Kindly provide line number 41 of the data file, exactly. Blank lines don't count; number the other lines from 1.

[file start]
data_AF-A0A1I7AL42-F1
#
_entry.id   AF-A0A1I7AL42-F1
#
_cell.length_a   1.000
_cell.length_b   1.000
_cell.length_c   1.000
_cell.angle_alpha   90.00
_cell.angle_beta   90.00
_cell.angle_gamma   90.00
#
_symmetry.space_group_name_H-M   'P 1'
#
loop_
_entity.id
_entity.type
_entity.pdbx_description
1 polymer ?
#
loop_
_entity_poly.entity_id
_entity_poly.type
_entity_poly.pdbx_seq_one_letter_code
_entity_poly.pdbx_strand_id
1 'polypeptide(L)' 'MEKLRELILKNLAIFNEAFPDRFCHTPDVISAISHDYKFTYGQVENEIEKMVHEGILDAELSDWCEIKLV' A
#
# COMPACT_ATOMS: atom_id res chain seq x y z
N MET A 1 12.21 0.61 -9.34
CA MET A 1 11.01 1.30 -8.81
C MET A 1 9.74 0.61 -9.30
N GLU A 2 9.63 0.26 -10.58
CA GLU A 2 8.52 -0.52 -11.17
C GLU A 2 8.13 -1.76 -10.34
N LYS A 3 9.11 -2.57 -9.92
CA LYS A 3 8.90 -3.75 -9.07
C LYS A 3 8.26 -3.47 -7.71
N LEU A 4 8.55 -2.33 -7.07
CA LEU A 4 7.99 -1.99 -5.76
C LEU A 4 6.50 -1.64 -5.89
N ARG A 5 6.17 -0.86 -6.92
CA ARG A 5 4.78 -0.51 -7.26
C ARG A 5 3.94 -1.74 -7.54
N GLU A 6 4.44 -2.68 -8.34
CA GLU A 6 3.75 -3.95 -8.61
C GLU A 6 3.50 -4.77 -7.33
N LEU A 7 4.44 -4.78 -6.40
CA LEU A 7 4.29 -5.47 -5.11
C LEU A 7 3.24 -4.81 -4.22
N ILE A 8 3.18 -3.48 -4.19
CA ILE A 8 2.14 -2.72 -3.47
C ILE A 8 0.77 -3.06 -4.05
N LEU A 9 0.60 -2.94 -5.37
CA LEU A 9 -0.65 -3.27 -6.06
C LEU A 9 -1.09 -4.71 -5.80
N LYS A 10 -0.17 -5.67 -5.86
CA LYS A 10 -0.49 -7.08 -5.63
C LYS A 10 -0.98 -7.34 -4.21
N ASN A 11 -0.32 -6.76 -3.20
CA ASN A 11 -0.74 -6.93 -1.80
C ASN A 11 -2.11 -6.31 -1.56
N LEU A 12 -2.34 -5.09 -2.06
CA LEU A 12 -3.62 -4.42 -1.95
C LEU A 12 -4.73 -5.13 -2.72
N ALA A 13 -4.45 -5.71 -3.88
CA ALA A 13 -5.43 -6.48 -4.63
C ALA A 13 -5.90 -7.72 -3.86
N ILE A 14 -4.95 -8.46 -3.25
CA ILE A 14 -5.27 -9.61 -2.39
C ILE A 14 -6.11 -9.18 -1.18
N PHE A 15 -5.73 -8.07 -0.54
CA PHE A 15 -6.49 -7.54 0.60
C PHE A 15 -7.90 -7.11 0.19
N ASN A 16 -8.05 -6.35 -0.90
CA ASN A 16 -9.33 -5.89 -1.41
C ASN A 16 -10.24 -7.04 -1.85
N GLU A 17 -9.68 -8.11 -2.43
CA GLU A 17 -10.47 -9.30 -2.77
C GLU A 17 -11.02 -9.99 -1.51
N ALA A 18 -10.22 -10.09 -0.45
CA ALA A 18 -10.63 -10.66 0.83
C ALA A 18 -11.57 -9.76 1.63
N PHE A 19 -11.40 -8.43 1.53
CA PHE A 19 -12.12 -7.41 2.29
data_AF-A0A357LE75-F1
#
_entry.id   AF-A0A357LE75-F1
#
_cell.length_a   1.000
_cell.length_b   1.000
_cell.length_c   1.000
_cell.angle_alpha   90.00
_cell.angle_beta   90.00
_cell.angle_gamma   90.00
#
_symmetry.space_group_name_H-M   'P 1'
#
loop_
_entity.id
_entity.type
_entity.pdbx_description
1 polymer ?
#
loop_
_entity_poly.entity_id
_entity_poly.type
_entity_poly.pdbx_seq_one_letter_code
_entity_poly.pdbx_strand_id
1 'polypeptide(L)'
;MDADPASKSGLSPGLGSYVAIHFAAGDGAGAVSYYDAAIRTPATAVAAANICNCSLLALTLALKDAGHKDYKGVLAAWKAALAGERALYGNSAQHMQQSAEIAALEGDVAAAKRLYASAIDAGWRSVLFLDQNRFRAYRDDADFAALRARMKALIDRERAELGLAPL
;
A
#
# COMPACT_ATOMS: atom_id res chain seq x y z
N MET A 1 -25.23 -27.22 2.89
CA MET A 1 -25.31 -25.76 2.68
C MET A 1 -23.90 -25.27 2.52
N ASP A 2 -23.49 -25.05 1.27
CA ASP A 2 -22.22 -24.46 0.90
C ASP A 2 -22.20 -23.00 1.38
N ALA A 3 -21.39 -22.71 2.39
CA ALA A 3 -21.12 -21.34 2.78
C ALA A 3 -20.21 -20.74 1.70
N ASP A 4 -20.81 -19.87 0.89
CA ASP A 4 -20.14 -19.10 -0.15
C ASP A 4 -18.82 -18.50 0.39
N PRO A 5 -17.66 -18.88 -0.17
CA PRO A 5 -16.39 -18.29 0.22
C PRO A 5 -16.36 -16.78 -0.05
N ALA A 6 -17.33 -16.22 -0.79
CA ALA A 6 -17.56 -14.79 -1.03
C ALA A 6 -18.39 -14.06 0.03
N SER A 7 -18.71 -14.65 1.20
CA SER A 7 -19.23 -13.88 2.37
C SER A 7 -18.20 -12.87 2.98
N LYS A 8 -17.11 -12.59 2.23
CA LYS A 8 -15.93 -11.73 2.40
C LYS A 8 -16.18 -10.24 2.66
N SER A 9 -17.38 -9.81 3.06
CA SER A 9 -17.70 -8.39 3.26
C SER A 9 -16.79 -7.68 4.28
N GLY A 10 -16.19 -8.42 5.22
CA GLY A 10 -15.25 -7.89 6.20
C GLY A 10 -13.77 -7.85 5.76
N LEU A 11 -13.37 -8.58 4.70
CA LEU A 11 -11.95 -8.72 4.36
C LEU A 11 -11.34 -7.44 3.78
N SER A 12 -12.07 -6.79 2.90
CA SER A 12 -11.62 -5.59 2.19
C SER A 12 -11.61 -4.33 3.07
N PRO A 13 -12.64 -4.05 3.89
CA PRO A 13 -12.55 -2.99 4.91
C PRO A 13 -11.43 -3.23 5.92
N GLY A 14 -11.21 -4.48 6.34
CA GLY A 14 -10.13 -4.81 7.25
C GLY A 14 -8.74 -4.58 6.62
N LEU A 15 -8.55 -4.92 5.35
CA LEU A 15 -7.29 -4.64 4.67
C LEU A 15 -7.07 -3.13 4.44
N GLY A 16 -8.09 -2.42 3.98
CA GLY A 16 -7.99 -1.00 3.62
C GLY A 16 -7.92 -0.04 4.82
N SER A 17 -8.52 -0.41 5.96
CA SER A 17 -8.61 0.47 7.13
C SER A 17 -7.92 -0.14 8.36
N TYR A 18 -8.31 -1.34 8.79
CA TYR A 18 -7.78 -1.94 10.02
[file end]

CA ARG A 5 4.78 -0.51 -7.26